Diversions … Murder Ballads

(Diversions, a new feature on Aquarium Drunkard, catches up with their favorite artists as they wax on subjects other than recording and performing.  They’re kicking the series off in style with the incomparable Rennie Sparks, of The Handsome Family, as she lists and discusses her ten favorite murder ballads. Look for the new Handsome Family LP, Honey Moon, out everywhere April 14th)

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To enjoy a murder ballad you have to be willing to see it as art and not newspaper reporting. These songs are about life and lust not about death and dust. They make your heart beat fast and your skin flush. They are, perhaps, the remnants of ancient pre-Christian blood/sex rituals and are designed to make you want to roll in fields of blooming heather, not to become the next Ted Bundy. Here are some of The Handsome Family’s favorite examples of this centuries-old form of nature-worship. – Rennie Sparks, The Handsome Family

1. Banks of the Ohio :: A young man turns to murder when his fiancé refuses to marry him, but the way he carefully leads her down to the rolling water’s edge, slits her throat and then tosses her to the waves feels much more like a sacrificial offering to an angry water god than a simple homicide.

2. Knoxville Girl :: Originally titled “The Wexford Girl”, this is the true 16th-century story of a pregnant girl done away with by her reluctant boyfriend that somehow was transformed into a blood ritual designed to fertilize a barren land. The Knoxville Girl is dragged round and round so that her blood scatters like seeds into the mud. No doubt a field of violets will spring up as soon as her roving eyes are closed.

2. Knoxville Girl :: Originally titled “The Wexford Girl”, this is the true 16th-century story of a pregnant girl done away with by her reluctant boyfriend that somehow was transformed into a blood ritual designed to fertilize a barren land. The Knoxville Girl is dragged round and round so that her blood scatters like seeds into the mud. No doubt a field of violets will spring up as soon as her roving eyes are closed.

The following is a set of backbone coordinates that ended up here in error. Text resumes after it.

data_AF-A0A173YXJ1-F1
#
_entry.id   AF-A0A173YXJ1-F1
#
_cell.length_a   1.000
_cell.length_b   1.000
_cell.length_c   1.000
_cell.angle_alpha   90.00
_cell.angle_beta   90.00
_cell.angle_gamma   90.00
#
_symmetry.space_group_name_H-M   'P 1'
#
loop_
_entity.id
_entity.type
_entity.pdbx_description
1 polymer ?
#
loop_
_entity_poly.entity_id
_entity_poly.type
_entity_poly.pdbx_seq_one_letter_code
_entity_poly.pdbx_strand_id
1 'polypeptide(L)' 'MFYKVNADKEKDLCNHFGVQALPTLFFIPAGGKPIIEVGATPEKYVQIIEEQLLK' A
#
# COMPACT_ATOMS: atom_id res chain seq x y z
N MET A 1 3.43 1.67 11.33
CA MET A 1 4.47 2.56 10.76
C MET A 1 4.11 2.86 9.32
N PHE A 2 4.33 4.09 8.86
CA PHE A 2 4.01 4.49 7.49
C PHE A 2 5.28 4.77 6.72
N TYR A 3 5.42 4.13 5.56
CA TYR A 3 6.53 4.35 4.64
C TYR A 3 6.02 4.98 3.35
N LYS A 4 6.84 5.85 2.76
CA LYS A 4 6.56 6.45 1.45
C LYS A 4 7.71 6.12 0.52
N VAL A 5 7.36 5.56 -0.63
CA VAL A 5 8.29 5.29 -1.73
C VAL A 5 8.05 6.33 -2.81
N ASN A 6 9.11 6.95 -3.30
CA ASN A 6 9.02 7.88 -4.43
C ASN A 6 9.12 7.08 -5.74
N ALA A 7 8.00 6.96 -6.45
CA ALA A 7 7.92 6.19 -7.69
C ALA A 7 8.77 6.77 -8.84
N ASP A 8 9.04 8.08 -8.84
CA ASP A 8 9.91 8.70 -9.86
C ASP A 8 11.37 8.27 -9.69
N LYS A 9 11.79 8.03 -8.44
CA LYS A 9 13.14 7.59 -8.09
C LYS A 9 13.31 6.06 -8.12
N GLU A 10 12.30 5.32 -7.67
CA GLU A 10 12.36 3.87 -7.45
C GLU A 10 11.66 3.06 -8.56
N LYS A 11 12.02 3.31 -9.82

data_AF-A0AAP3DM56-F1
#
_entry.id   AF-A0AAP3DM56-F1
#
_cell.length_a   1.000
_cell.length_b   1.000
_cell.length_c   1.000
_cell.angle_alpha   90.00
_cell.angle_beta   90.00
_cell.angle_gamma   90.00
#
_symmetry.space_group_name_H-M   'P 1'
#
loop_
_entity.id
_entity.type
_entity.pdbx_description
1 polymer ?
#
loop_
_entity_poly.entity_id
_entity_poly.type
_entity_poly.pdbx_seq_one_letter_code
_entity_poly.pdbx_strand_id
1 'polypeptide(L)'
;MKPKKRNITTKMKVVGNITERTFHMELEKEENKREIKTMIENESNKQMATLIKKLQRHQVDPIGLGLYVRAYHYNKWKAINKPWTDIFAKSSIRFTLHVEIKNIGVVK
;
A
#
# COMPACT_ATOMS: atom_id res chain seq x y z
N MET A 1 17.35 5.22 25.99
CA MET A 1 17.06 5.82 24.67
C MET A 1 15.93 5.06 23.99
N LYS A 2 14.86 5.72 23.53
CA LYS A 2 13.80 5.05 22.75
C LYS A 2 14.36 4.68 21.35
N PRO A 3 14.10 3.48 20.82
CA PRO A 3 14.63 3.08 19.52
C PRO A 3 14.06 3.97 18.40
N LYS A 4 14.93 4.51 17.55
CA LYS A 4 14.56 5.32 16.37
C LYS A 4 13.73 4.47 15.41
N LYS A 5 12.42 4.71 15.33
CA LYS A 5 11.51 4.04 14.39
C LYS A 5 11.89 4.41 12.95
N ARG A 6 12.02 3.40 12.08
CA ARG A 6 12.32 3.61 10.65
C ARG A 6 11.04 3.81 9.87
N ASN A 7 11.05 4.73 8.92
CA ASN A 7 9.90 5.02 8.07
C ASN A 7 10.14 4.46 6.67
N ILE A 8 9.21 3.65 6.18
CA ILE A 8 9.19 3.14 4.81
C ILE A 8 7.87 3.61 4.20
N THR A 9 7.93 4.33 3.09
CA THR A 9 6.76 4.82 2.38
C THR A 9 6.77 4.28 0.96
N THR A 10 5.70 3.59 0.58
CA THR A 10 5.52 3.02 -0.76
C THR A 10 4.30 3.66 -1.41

3. The Long Black Veil :: A song sung from the point of view of a ghost in which his still-living lover actually seems to be the lifeless one. She would not confess they were together the night a murder was committed and so the narrator is falsely accused and put to death. He is free now to sing and love and forgive, but she is trapped on the hilltops walking in circles in a long black veil. She is a vampire, the undead. She is like Norma Desmond in Sunset Boulevard trapped in a hell of her own making and doomed to destroy all who try to love her.

4. Katy Dear :: You might call this story a suicide pact, but we call it sex with knives. Two lovers inexplicably choose death when their parents refuse to let them marry. Strange illusions to lust abound: the parents are lying in their beds when Katy goes to ask if she can get married. Immediately after visiting her parent’s bed Katy plunges a silver dagger into her lily white breast then hands the bloody dagger to her boyfriend. When he uses it to puncture his own heart you can almost hear them moaning with pleasure as they fall into each other’s bloody arms.

5. The Willow Garden :: Poisoned burgundy wine in a dark garden with a sleeping girl named Rose.  Everything in this song is blood red or twining green leaves. What could be sexier?

6. Henry Lee :: Oh, to live in the days when the forests were full of witches and talking birds! Beware a beauty who asks you to get off your horse among the pines. She will have a golden dagger and/or a magic well. There’s always a parrot to help her steal your wallet.

7. The Fatal Flower Garden :: Here the witch lives in a gingerbread house and offers a golden ring to a little boy she lures inside. Of course, like most witches who live in candy houses, she really wants to drink his blood and throw his body down a well. Unlike Hansel and Gretel, though, this story does not end well and so it serves better as a metaphor for the day when we must all see our parents as devouring spirits and flee for our lives.

8. Barbara Allen :: Like “Katy Dear”, some might consider (it) more a suicide pact than a murder ballad. We, however, see Barbara Allen as a murderer. She kills Sweet William with her cold, cold heart, but he pulls her with him into the grave where she is forced to endure his rose thorns twining and twining around her thorny briar for all eternity.

9. Pretty Polly :: Polly’s boyfriend hates her so much he digs her grave before even murdering her, but somehow this makes him seem more like a gardener than a homicidal maniac. And, the jokes on him because planting her corpse in the ground only transforms this lily-white virgin into a flock of singing birds. In some versions of the song Polly becomes a Harpie, a bird with razor sharp teeth and ravenous appetite that swoops down to torment him no matter where her lover tries to flee. The moral here is clear: be careful what lusts you awaken when you stab a virgin with the dagger of love.

10. Polly Vaughn :: Taking the Polly/bird connection even further this song involves a man who shoots a swan in the forest only to discover it is actually his true love with her apron over her head. Hunting and death are interchangeable here with love and lust. The forest is better off for it.